I think my views are a little out of sync with the consensus of the comments that I’ve read here.
I think Netflix’ SHORT term future will be just fine.
It’s their LONG term future I’m worried about.
As a subscriber, we found the streaming kind of neat. We really want to watch new movies that we may have missed at the theatre, so these aren’t really present here. Their rental plans are a little too steep for us when we can just walk down the block and pick up a dvd at redbox. We probably rent about 5 dvd’s a month, so that’s cheaper than Netflix. At this point, we will cancel the dvd option on our plan, but we may keep the streaming. Plenty of old series and kid movies for the kidos to watch.
Their rental plans are a little too steep for us when we can just walk down the block and pick up a dvd at redbox.
That’s what I’m thinking. People who watch a large quantity of movies and include an obscure selection may find it hard to give up NetFlix… but for me $16 per month is a no go.
I don’t watch 16 movies a month, period, counting things I stream, rent or own. Personally it would be cheaper to drop NetFlix entirely and only use RedBox.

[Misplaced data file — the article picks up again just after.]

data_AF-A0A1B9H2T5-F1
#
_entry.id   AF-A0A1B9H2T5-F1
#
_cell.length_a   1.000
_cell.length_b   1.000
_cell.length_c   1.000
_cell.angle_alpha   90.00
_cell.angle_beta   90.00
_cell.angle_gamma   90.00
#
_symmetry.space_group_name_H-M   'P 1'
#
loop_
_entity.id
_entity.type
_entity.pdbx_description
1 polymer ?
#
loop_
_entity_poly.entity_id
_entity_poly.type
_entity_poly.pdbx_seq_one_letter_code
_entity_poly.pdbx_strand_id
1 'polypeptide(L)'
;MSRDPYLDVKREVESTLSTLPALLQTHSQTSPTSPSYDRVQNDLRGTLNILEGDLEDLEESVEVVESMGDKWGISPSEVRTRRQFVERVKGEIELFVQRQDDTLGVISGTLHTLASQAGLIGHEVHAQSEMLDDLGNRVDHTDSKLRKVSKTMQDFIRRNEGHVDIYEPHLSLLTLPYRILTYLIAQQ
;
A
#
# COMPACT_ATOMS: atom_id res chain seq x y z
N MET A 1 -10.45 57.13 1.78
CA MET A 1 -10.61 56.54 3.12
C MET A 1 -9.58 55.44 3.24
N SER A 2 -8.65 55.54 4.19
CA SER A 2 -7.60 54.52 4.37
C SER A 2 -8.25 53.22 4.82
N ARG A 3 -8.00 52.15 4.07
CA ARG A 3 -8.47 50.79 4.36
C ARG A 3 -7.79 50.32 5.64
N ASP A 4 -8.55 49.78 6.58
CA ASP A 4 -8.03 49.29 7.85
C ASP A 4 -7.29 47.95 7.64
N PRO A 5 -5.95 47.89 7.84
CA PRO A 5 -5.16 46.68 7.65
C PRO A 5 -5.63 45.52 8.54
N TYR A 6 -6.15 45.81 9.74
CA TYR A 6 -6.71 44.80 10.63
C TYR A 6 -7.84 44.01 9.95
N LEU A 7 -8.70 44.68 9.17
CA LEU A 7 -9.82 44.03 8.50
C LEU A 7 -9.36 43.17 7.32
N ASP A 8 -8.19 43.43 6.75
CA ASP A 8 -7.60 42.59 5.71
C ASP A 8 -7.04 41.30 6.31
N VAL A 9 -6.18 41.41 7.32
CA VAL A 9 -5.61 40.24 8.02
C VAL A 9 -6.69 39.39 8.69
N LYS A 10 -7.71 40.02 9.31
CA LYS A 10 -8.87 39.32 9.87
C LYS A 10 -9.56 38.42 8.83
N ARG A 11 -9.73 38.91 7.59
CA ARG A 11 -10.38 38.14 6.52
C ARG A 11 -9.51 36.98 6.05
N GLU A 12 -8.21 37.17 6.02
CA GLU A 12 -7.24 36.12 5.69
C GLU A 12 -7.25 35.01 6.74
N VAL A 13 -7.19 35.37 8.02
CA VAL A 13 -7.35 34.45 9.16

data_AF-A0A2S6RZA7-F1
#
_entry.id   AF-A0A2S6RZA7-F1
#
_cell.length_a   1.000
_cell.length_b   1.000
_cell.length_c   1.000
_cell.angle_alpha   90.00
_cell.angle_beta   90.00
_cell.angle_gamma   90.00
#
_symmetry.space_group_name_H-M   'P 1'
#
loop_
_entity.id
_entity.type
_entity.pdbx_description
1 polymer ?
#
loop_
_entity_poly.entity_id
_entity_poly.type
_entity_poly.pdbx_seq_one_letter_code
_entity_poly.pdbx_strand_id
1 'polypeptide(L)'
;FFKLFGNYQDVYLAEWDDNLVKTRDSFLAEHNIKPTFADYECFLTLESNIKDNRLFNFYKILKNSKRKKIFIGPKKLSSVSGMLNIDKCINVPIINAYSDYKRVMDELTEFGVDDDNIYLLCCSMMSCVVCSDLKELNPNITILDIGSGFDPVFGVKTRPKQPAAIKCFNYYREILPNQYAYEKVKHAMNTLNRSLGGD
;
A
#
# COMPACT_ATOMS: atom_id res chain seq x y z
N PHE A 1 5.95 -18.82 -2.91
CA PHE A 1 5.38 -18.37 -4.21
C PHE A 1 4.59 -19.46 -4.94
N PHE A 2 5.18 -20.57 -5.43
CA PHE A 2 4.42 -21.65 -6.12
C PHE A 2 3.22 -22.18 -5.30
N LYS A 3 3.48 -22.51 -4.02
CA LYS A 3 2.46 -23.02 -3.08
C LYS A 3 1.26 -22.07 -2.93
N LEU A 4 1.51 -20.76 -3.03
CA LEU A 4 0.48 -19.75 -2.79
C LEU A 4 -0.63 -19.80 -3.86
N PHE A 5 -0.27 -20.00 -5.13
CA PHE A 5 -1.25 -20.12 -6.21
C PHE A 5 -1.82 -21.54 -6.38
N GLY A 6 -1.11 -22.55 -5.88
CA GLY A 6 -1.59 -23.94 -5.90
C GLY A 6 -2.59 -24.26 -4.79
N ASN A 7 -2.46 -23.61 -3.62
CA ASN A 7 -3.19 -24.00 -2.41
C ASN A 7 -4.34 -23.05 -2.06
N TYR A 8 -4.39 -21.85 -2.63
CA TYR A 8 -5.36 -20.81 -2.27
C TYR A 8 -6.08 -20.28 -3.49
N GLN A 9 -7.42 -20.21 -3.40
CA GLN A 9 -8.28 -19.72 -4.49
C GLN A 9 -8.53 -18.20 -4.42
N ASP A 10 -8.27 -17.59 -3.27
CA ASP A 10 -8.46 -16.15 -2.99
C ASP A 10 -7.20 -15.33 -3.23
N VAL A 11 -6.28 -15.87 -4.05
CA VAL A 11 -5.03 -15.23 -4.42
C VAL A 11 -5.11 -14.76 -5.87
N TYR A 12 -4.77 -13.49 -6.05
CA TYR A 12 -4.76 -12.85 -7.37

Besides, I already had Amazon Prime for fast shipping, so I effectively have their entire library available “free”, since I was paying for the service anyway and it costs no extra to watch the streaming movies they have.
One thing I haven’t seen mentioned in all the discussions about the reason for changing the price is mailing costs. As someone who has regularly worked in businesses shipping products, I can tell you mailing costs are huge. They can quickly eat profits, and they take a lot of time and effort to squeeze into a budget (using special rates, weighing very carefully, packing a certain way, choosing the shipper carefully). Frankly, I often wondered how Netflix could offer as many DVDs as you could watch in a month shipped to and from your door at just a couple dollars over streaming cost.